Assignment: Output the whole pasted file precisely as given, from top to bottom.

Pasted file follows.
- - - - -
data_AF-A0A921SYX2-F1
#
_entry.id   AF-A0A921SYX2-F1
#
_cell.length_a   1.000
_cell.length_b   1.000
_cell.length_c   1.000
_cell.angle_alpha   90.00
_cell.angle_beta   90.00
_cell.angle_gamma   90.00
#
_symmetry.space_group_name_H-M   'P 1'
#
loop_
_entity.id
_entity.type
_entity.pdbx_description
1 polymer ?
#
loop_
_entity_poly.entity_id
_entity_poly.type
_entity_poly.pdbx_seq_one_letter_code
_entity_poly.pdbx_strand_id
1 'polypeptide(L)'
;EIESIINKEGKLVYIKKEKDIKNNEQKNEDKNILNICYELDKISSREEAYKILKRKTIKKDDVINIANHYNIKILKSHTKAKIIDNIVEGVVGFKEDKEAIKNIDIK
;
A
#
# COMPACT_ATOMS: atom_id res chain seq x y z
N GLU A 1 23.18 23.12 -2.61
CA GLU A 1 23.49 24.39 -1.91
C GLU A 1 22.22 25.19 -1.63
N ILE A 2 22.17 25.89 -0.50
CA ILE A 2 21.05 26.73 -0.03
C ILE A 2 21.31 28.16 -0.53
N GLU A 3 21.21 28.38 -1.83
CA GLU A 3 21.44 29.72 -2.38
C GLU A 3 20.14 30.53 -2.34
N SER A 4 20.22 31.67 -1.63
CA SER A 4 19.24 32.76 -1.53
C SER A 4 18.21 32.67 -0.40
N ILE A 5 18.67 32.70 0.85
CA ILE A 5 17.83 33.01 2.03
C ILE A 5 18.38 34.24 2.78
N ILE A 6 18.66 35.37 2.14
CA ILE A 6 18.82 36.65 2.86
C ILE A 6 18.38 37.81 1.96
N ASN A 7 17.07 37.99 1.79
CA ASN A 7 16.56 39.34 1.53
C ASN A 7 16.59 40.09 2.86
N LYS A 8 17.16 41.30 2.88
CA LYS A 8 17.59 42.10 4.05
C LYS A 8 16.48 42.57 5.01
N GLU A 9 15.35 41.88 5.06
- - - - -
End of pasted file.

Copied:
data_AF-A0A921SYX2-F1
#
_entry.id   AF-A0A921SYX2-F1
#
_cell.length_a   1.000
_cell.length_b   1.000
_cell.length_c   1.000
_cell.angle_alpha   90.00
_cell.angle_beta   90.00
_cell.angle_gamma   90.00
#
_symmetry.space_group_name_H-M   'P 1'
#
loop_
_entity.id
_entity.type
_entity.pdbx_description
1 polymer ?
#
loop_
_entity_poly.entity_id
_entity_poly.type
_entity_poly.pdbx_seq_one_letter_code
_entity_poly.pdbx_strand_id
1 'polypeptide(L)'
;EIESIINKEGKLVYIKKEKDIKNNEQKNEDKNILNICYELDKISSREEAYKILKRKTIKKDDVINIANHYNIKILKSHTKAKIIDNIVEGVVGFKEDKEAIKNIDIK
;
A
#
# COMPACT_ATOMS: atom_id res chain seq x y z
N GLU A 1 23.18 23.12 -2.61
CA GLU A 1 23.49 24.39 -1.91
C GLU A 1 22.22 25.19 -1.63
N ILE A 2 22.17 25.89 -0.50
CA ILE A 2 21.05 26.73 -0.03
C ILE A 2 21.31 28.16 -0.53
N GLU A 3 21.21 28.38 -1.83
CA GLU A 3 21.44 29.72 -2.38
C GLU A 3 20.14 30.53 -2.34
N SER A 4 20.22 31.67 -1.63
CA SER A 4 19.24 32.76 -1.53
C SER A 4 18.21 32.67 -0.40
N ILE A 5 18.67 32.70 0.85
CA ILE A 5 17.83 33.01 2.03
C ILE A 5 18.38 34.24 2.78
N ILE A 6 18.66 35.37 2.14
CA ILE A 6 18.82 36.65 2.86
C ILE A 6 18.38 37.81 1.96
N ASN A 7 17.07 37.99 1.79
CA ASN A 7 16.56 39.34 1.53
C ASN A 7 16.59 40.09 2.86
N LYS A 8 17.16 41.30 2.88
CA LYS A 8 17.59 42.10 4.05
C LYS A 8 16.48 42.57 5.01
N GLU A 9 15.35 41.88 5.06